Refractories and Classification of Refractories...

Refractories and Classification of Refractories Refractories are inorganic, nonmetallic, porous and heterogeneous materials composed of thermally stable mineral aggregates, a binder phase and additives. The principal raw materials used in the production of refractories are normally the oxides of silicon, aluminum, magnesium, calcium and zirconium. There are some non-oxide refractories like carbides, nitrides, borides, silicates and graphite. Refractories are chosen according to the conditions they face during their use. Some applications require special refractory materials. Zirconia is used when the material is required to withstand extremely high temperatures. Silicon carbide and carbon are two other refractory materials used in some very severe temperature conditions, but they cannot be used in contact with oxygen, since they oxidize and burn in atmospheres containing oxygen. Refractories are the materials which are resistant to heat and exposure to different degrees of mechanical stress and strain, thermal stress and strain, corrosion/erosion from solids, liquids and gases, gas diffusion, and mechanical abrasion at various temperatures. In simplified language, they are considered to be materials of construction which are able to withstand high temperatures. Refractories are usually inorganic non-metallic materials with refractoriness greater than 1500 deg C. They belong to coarse-grained ceramics having microstructure which is composed of large grains. The basis of body is coarse-grained grog joined by fine materials. Refractory products are a specific sort of ceramics that differs from any ‘normal’ ceramics mainly with their coarse-grained structure being formed by larger grog particles joined by finer intermediate materials (bonding). ASTM C71 defines refractories as ‘non-metallic materials having those chemical and physical properties that make them applicable for structures or as components of systems that are exposed to environments above 538 deg C’. Refractories are to be chemically and physically stable at high temperatures. Depending on the operating environment, they...

Magnesia

Magnesia Magnesia or magnesium oxide (MgO) is a white hygroscopic solid mineral that occurs naturally as periclase. It forms magnesium hydroxide in the presence of water [MgO + H2O = Mg(OH)2], but this reaction can be reversed by heating magnesium hydroxide to separate moisture. Magnesium (Mg) is the eighth most abundant element and constitutes about 2 percent of the crust of the earth. It is the third most plentiful element dissolved in seawater, with a concentration averaging 0.13 %. Although magnesium is found in over 60 minerals, only dolomite, magnesite, brucite, carnallite, and olivine are of commercial importance. Magnesium and magnesium compounds are produced from seawater, well and lake brines and bitterns, as well as from the above mentioned minerals. Magnesite (MgCO3), the naturally occurring carbonate of magnesium (Mg) is one of the key natural sources for the production of magnesia (MgO) and subsequently fused magnesia. It is the world’s  largest source of magnesia. It contains a theoretical maximum magnesia content of 47.6 %. It occurs in two distinct physical forms namely (i)  macro-crystalline and (ii) crypto-crystalline. Crypto-crystalline magnesite is generally of a higher purity than macro-crystalline ore, but tends to occur in smaller deposits than the macro-crystalline form. The word magnesite literally refers only to the natural mineral, but common usage applies this name to three other types of materials, dead burned magnesia (DBM), electro fused magnesia and calcined magnesia also called caustic calcined magnesia. Often magnesia word is replaced by magnesite in these products. These products of magnesite often differ mainly in density and crystal development that results from different levels of heat application. The three products of magnesite are shown in Fig 1. Fig 1 Products of magnesite  Magnesia is an alkaline earth metal oxide. Magnesium oxide is normally produced by the calcinations of...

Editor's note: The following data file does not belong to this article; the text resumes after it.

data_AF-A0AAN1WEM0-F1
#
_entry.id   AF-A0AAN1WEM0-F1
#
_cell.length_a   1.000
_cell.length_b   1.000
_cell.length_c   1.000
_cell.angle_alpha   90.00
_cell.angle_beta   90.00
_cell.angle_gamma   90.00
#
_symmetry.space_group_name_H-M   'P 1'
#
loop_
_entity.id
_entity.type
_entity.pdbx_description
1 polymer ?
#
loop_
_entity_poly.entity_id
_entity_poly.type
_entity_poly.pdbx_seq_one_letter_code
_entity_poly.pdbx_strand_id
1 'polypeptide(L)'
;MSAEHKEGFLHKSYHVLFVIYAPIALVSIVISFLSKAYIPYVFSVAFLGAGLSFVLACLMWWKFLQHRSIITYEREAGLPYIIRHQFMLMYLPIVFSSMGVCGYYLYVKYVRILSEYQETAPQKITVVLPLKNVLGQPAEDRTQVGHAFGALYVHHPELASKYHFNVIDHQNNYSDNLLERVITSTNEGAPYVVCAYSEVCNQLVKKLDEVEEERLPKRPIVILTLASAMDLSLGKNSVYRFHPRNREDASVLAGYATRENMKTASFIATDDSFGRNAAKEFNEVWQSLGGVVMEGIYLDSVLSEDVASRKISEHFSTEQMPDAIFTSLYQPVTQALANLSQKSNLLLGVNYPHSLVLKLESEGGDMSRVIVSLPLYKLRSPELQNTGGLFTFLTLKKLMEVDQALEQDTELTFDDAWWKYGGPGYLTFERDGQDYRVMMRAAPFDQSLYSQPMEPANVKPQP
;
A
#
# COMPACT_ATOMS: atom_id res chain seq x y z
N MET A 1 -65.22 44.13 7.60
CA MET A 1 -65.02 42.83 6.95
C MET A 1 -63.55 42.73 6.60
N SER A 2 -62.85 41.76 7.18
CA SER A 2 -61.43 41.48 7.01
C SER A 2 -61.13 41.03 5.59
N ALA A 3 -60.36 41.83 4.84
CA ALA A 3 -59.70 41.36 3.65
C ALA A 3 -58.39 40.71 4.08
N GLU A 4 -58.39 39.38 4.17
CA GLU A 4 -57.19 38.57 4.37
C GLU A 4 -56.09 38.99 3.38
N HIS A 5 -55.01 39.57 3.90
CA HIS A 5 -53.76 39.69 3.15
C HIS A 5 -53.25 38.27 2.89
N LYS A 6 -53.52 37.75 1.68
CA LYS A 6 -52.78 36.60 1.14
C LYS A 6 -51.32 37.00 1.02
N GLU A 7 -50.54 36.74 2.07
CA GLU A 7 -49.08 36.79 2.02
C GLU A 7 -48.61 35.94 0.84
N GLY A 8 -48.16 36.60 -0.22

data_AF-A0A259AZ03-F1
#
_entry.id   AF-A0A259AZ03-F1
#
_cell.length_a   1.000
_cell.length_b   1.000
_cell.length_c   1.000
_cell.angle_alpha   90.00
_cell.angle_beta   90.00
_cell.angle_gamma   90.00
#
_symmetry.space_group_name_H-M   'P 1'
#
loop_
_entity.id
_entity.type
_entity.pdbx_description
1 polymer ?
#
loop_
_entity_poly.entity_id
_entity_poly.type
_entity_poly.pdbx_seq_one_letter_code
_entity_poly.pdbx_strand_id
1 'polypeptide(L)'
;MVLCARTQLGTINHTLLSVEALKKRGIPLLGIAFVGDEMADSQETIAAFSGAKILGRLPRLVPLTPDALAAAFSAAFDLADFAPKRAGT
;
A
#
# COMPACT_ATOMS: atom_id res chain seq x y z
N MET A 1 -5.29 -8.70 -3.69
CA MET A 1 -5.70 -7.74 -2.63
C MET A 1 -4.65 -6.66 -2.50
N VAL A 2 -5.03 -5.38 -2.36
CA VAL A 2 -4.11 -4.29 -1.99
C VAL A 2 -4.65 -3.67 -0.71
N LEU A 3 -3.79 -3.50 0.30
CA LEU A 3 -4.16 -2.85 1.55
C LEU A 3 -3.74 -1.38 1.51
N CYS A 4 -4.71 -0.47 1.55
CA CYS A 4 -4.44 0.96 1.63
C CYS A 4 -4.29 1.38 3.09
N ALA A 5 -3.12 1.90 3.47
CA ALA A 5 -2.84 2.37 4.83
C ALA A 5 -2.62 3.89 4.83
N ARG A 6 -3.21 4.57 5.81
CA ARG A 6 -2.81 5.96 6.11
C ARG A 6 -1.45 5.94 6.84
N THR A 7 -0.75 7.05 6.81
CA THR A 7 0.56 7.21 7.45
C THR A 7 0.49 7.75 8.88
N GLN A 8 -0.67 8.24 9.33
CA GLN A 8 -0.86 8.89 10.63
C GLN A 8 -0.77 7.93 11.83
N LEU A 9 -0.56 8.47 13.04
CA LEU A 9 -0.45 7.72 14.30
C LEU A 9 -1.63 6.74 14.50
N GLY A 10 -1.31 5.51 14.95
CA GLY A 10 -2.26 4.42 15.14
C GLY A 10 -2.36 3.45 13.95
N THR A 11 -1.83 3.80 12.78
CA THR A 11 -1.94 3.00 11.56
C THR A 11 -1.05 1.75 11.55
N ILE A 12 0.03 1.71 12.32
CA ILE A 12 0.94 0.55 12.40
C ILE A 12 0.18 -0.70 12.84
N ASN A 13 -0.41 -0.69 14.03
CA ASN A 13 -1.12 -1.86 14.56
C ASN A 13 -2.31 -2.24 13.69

High Alumina Slag and Blast Furnace Operation May27

High Alumina Slag and Blast Furnace Operation...

High Alumina Slag and Blast Furnace Operation Blast furnace (BF) process of iron making is a process where liquid iron (hot metal) and liquid slag are produced by the reduction of iron bearing materials (sinter and/or pellet and lump ore) with coke and by fluxing of the gangue material of the feed materials. The process is the result of a series of chemical reactions which takes place in the blast furnace. The separation of slag from the hot metal takes place in liquid state. Slag has a lower melting point and is lighter than hot metal. In the blast furnace it is at a higher temperature than the hot metal. Blast furnace slag contain predominantly silica (SiO2), alumina (Al2O3), lime (CaO) and magnesia (MgO) along with smaller amounts of FeO, MnO, TiO2, Na2O, K2O and S. Blast furnace (BF) slag composition has very important bearing on its physicochemical characteristics which influences to a great degree the smooth operation of the blast furnace, slag handling, coke consumption, blast furnace productivity and the quality of the hot metal. Low alumina slag normally has low viscosity, high sulphide capacity and low liquidus temperature as compared to high alumina slag. Blast furnace slag alumina (Al2O3) is mainly dependent on the alumina content of the input materials mainly iron ore. In those cases where iron ore alumina is less than 1 % the alumina content in the slag hardly goes above 10 %. But in some iron ores (normally found in India) alumina content is 2 % and higher. Such ores raise the alumina levels in blast furnace slag to 20 % and higher. To operate a blast furnace with such high alumina slag is quite difficult and need a different type of skill from the blast furnace operators...